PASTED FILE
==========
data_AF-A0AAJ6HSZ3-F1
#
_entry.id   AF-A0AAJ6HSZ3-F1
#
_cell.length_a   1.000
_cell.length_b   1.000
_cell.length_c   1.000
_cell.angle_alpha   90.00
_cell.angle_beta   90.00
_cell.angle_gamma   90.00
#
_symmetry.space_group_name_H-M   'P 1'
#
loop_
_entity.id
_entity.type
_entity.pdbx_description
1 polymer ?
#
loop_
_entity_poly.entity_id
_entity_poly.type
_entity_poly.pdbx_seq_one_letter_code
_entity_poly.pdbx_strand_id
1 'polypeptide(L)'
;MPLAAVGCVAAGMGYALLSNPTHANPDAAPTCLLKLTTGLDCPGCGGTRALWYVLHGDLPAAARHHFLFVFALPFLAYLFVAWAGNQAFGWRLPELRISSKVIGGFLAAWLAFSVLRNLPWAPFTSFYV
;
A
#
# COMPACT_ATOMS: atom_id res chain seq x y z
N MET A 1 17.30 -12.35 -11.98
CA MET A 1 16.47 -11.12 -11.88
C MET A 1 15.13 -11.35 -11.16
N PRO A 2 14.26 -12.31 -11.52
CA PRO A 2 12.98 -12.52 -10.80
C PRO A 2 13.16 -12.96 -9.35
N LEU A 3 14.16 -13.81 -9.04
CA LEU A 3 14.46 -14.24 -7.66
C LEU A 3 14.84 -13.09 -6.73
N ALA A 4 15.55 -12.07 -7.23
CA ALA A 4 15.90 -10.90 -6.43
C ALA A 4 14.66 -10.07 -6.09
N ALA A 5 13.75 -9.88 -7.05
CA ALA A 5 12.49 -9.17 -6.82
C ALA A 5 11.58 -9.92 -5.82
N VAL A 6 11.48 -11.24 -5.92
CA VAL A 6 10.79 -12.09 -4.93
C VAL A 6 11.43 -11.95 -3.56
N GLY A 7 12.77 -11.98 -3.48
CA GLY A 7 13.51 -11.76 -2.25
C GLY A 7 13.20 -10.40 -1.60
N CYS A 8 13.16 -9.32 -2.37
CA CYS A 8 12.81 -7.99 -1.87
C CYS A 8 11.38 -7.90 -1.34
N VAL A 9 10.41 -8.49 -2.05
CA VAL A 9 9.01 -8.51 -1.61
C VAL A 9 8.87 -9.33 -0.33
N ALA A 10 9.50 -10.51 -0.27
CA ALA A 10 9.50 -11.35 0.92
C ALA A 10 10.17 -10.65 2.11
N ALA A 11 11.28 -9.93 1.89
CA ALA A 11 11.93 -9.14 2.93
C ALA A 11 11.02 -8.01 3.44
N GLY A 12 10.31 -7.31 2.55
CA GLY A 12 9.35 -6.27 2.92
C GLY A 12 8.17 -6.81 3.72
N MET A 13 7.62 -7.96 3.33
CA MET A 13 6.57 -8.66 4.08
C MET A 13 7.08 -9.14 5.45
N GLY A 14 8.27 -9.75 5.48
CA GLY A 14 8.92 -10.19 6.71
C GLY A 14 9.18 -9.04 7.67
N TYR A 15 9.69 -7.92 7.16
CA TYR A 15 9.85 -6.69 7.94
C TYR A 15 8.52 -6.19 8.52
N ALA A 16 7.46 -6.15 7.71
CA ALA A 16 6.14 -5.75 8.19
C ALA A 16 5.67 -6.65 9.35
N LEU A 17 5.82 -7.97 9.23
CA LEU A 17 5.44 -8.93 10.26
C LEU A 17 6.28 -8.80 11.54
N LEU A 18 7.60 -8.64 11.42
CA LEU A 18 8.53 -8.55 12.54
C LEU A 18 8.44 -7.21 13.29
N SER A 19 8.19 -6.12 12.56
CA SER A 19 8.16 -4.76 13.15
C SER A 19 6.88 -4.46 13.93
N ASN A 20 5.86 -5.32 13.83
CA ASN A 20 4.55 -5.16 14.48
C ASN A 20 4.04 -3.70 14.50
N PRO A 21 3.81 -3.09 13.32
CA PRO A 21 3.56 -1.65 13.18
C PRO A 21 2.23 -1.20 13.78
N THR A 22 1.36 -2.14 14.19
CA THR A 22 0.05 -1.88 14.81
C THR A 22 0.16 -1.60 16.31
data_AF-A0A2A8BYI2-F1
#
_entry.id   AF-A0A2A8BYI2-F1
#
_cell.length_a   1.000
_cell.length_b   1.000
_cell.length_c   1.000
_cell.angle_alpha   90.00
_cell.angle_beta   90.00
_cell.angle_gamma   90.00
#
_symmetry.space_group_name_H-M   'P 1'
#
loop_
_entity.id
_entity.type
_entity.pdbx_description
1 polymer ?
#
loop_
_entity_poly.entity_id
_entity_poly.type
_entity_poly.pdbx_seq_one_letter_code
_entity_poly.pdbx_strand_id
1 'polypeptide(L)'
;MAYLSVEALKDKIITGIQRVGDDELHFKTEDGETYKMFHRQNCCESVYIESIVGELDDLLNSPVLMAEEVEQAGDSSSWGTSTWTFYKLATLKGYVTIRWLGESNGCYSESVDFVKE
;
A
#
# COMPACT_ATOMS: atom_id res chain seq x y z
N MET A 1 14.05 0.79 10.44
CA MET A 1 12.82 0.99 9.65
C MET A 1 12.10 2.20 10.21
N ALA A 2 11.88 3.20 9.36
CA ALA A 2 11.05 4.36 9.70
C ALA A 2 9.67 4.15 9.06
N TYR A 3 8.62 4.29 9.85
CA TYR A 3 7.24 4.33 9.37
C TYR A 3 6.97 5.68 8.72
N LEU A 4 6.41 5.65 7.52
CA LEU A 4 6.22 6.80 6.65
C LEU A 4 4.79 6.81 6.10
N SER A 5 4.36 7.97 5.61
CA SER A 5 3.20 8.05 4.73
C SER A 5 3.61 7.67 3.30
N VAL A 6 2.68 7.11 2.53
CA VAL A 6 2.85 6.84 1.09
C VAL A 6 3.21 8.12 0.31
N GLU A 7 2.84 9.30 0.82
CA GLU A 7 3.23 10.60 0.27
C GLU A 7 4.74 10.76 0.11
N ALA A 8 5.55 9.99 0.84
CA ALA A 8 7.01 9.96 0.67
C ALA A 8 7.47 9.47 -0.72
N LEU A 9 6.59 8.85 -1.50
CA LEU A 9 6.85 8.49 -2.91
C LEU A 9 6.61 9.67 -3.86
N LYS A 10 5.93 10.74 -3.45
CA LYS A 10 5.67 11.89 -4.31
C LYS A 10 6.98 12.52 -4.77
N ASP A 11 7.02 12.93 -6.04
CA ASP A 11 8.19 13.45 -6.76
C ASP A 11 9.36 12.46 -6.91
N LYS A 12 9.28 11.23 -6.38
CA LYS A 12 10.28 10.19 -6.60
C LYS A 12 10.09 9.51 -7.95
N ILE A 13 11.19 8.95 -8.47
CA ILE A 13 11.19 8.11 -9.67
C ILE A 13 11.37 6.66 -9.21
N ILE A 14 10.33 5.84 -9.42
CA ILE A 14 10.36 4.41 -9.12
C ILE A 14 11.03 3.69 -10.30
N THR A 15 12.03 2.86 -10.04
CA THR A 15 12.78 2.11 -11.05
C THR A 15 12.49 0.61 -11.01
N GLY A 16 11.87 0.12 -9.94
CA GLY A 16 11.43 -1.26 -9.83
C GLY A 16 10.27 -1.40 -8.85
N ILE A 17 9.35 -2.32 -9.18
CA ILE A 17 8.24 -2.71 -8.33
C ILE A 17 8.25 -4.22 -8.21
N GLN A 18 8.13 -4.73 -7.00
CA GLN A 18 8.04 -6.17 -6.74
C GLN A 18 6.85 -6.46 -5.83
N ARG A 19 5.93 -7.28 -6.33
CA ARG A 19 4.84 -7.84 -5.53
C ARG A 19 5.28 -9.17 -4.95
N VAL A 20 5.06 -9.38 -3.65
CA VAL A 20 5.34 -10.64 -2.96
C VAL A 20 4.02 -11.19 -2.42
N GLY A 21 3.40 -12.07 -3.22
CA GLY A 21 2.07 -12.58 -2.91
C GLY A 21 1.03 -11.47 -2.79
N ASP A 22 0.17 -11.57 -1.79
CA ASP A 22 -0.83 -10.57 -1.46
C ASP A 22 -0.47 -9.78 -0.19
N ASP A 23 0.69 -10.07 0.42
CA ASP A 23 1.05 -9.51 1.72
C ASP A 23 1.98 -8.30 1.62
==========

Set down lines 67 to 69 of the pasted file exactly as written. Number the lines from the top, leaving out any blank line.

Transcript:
N MET A 13 7.62 -7.96 3.33
CA MET A 13 6.57 -8.66 4.08
C MET A 13 7.08 -9.14 5.45